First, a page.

Park Runs and Canicross!

Most of you will have heard of Park Run, and if you haven't give it a google. They are lovely little events held all over the UK in different areas and the best part is, they are dog friendly.

So why should you go to a Park Run? Well, I am not saying you should, but equally I am not saying you shouldn't either. If you wanted to try something different, and are many a bit nervous about entering anything competitive as I am then Park Run offers a good alternative. The routes are easy to follow, relatively short and most of the people who attend these are really lovely.


So what do you need to take into consideration before loading up your dog and canicross gear?

-Firstly terrain, this in my humble opinion is the most overlooked aspect of canicross. I see people out all the time running their dog over compact surfaces, tarmac, roads etc and to be honest it makes me cringe. Whilst a small jog over these surfaces shouldn't do any harm, take into consideration that impact of pulling in a harness will at the very least cause a lot of wear on your canines pads. It leads me to question if the pads are getting worn and damaged, what is the impact on the joints going to be? So try and take a look at the route for your PR before you go out, make sure that it is suitable for your dog and you to run on and that you are putting your dogs health first and foremost.



-Distractions, ask yourself, how is your dog going to cope with the large numbers of people, noises and other distractions? You might need to work on building your dog up to this number of people before you take part. Also PR's are going to be much calmer atmosphere than a canicross event!

Also can your dog pass people calmly whilst ignoring them, or in reverse, can your dog be passed by others calmly whilst ignoring them and not turning into a race?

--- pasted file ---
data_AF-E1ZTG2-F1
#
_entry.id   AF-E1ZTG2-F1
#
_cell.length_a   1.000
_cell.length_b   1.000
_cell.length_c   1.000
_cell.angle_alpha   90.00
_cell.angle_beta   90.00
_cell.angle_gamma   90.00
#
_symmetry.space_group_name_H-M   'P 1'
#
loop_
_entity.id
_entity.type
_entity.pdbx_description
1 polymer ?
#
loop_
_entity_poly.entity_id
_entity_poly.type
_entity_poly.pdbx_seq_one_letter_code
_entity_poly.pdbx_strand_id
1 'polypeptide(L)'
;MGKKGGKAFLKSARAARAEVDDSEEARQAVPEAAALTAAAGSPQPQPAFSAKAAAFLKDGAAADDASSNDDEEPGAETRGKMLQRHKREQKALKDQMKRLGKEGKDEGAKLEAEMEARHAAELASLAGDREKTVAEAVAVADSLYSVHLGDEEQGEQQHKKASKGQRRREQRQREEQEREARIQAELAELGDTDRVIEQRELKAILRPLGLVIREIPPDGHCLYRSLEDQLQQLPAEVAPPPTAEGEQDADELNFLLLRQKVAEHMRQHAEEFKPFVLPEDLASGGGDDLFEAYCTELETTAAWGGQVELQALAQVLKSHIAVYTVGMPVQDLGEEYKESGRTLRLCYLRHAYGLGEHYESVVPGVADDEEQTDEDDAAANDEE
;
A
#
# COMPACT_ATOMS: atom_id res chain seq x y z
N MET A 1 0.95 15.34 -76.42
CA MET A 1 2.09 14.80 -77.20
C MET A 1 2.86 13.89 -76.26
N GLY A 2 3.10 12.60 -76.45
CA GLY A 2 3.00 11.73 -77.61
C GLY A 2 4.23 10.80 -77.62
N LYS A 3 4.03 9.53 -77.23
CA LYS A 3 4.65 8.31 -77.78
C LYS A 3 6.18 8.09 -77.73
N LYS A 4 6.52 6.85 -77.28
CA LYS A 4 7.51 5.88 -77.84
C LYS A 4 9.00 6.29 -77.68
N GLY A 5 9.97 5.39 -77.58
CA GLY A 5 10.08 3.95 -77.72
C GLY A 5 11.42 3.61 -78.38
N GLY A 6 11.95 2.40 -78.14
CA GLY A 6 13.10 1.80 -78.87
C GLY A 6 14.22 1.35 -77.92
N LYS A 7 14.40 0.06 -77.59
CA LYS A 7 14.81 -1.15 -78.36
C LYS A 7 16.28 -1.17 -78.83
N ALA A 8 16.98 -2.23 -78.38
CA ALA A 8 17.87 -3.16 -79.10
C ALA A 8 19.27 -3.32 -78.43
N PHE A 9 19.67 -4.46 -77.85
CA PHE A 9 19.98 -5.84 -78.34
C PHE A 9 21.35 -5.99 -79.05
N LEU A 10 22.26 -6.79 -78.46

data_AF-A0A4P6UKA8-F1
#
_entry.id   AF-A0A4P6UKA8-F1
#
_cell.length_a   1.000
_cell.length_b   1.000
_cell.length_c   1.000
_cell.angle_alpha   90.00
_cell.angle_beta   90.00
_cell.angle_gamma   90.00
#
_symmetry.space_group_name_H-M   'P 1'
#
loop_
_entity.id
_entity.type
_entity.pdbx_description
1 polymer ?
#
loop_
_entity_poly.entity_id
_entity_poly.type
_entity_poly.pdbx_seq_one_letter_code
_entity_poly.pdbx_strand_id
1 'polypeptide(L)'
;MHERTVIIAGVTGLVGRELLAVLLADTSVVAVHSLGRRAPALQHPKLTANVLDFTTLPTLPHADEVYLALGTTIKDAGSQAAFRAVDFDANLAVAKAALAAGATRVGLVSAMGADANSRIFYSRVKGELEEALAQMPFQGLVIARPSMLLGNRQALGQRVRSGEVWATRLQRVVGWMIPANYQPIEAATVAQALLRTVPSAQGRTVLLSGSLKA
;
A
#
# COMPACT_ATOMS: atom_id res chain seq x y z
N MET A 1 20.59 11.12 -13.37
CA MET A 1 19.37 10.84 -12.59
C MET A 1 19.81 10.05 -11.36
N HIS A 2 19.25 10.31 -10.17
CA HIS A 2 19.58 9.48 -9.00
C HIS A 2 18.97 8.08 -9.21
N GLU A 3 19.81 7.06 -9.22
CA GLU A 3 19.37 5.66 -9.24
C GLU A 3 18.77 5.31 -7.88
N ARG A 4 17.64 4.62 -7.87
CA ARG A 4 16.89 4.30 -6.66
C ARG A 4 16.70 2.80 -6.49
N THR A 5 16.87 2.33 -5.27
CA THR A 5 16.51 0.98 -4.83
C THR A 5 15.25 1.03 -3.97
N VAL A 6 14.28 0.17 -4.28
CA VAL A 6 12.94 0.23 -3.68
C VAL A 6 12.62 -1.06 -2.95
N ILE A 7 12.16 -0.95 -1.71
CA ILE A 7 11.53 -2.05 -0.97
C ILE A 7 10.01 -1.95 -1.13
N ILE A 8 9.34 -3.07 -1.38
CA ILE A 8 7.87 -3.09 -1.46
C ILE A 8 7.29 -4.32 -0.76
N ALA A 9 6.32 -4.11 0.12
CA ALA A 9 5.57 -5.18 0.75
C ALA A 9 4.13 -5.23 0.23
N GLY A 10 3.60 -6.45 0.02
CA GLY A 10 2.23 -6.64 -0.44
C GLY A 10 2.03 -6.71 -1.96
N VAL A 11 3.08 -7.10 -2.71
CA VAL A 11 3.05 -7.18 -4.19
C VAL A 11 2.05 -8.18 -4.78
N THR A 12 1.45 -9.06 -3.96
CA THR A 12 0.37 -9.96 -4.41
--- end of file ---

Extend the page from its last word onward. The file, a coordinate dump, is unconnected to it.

CC is a growing sport/hobby, it is a small world and trust me those in the loop hear everything, if your dog is snapping and snarling at others when they pass it isn't good for the rest of us! It also means your dog could be over its threshold and is actually finding the whole thing quite stressful. Equally if your dog is bouncing up and down at people with excitement then that isn't good either. Please always consider yourself as an ambassador to the canicross world and act accordingly, this way it paves the way to future generations of canicrossers being able to part in events.



-Comments! Are you really a canicrosser if you haven't heard the following or variations of: 'Thats cheating', 'are you actually doing any of the work', or 'how fast are you actually'. This is one of those things, you are best to smile, wave and just focus on yourself. You do have to develop a bit of thick skin with these kinds of comments. For those who haven't had a go a canicrossing, yes you do get a bit of help with hills. But actually running without a dog is far easier, there is a lot training, work and skill required to run with a dog. A good canicrosser and their dog will make it look easy because they have practiced and practiced and worked really hard at it.



Over all I do recommend taking part in a Park Run if you get a chance as it is something different to experience. But I would also recommend thinking over how your dog will feel about it all and if they are ready to partake in the event too. If not, go back to your basics, work on passing nicely and calmly, starting off with focus and finishing with focus.






#canicross #parkruncanicross #canifitsurrey #canifit #canifitleader #canifitsurreyleader #parkrunsurrey #runwithyourdog


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